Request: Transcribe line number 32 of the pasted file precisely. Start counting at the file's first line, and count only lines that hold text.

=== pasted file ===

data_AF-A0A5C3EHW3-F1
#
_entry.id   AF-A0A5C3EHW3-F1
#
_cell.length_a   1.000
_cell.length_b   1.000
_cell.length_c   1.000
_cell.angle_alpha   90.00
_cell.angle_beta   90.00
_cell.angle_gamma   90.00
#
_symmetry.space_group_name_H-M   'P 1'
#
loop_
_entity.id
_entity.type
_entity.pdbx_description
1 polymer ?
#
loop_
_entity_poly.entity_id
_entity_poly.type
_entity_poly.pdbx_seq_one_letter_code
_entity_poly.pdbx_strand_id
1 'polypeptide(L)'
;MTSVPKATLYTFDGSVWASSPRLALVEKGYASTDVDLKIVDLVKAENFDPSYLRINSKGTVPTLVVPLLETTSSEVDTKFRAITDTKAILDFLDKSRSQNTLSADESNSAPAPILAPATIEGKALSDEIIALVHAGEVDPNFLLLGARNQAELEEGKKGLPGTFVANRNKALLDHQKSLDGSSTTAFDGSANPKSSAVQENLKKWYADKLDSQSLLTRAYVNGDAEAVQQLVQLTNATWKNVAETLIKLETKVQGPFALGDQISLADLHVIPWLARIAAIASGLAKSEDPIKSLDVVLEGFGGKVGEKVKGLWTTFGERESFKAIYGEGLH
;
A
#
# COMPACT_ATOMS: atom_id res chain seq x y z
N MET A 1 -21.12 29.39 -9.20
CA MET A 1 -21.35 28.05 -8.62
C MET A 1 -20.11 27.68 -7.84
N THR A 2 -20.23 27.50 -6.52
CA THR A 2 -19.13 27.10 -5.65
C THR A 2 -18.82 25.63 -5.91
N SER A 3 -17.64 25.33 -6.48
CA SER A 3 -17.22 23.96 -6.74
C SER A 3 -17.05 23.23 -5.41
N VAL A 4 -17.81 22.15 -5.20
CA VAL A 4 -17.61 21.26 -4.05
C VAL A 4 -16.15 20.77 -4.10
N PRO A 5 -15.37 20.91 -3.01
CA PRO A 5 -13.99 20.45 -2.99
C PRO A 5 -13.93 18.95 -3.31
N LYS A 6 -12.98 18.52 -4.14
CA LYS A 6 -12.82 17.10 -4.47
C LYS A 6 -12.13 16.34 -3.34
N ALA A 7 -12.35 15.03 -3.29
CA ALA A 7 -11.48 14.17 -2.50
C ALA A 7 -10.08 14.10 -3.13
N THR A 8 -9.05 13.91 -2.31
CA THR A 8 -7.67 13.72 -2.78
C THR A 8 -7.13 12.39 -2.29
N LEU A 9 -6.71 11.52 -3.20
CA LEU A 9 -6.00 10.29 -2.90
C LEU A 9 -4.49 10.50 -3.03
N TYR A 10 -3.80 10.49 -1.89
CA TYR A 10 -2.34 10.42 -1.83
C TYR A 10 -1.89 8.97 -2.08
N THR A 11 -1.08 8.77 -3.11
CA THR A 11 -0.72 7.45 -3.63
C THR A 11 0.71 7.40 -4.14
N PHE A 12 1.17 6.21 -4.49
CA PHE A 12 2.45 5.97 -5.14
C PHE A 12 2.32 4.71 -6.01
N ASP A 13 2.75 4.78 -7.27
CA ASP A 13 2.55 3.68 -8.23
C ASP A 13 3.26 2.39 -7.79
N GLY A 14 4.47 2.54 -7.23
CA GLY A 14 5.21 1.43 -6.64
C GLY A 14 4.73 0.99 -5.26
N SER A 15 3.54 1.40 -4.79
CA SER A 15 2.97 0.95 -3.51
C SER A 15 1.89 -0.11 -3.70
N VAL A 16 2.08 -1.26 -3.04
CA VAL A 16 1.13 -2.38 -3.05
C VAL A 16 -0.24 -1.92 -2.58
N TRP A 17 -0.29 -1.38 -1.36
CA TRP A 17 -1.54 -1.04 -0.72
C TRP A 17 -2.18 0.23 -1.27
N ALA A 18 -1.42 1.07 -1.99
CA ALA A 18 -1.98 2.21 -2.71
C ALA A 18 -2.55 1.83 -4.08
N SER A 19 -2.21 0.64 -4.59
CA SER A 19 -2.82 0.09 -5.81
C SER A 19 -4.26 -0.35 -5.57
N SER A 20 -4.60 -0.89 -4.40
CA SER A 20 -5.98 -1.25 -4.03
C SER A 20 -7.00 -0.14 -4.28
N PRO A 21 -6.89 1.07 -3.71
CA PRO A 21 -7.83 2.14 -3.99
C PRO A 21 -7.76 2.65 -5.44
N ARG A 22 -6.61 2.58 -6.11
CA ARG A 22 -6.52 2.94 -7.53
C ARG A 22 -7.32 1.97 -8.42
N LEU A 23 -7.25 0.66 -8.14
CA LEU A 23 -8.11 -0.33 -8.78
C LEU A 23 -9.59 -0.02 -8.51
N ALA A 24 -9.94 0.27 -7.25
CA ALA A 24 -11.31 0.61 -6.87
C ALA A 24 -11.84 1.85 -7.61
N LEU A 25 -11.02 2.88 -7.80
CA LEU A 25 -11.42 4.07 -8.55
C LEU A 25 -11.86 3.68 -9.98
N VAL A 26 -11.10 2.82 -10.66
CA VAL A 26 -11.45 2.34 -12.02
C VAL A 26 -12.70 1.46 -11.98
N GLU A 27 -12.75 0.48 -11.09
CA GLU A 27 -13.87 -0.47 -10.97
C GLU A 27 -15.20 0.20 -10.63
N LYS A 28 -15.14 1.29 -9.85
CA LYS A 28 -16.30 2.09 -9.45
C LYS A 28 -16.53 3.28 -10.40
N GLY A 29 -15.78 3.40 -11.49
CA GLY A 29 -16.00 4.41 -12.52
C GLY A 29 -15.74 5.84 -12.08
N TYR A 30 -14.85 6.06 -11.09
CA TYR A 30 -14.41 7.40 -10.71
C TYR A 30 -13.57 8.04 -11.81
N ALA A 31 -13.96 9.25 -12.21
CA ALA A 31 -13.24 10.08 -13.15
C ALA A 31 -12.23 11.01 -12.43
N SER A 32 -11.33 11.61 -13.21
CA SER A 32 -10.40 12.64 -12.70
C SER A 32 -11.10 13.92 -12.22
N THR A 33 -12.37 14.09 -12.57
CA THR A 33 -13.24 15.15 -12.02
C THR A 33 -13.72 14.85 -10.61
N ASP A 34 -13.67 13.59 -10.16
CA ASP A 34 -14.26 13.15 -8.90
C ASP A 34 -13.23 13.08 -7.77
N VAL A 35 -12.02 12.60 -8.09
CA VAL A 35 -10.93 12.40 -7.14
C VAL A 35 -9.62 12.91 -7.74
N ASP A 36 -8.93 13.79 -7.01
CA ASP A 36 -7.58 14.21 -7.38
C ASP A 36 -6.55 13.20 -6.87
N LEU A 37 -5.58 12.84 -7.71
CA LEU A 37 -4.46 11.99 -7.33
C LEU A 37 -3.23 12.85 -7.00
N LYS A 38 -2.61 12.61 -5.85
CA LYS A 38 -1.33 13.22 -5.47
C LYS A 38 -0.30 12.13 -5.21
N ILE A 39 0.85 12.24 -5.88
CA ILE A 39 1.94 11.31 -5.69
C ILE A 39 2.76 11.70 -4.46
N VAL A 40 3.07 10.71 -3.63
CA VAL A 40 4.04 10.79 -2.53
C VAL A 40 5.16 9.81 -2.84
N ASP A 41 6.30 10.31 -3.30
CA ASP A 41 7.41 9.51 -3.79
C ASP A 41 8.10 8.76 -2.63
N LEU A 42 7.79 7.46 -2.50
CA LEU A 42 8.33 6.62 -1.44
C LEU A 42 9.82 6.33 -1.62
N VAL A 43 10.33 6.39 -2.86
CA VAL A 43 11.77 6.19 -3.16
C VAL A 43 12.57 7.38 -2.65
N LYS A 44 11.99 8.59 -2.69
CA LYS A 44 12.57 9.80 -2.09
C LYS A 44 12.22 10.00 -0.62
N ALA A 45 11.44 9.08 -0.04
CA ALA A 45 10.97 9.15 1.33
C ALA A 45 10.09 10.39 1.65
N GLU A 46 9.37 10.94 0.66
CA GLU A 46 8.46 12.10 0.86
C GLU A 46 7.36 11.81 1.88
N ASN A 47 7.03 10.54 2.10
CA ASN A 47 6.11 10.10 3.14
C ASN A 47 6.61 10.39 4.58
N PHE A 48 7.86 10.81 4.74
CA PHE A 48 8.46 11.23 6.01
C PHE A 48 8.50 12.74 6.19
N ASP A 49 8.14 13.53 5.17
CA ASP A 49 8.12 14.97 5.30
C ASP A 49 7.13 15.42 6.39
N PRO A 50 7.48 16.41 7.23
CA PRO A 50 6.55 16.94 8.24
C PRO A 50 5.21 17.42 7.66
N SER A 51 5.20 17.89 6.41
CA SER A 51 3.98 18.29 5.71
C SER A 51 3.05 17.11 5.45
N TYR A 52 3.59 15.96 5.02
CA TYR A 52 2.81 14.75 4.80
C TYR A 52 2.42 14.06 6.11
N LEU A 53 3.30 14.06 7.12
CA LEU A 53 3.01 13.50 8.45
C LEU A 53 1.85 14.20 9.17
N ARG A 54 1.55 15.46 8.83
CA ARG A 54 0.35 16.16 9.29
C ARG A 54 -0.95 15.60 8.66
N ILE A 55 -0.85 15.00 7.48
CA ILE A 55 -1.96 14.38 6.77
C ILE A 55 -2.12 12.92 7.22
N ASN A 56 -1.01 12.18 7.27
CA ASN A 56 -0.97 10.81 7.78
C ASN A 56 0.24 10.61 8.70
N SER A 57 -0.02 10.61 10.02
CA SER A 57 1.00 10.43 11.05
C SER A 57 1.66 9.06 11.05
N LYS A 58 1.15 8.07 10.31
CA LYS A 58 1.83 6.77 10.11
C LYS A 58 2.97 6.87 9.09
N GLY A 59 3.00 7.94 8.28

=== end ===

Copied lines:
CA MET A 1 -21.35 28.05 -8.62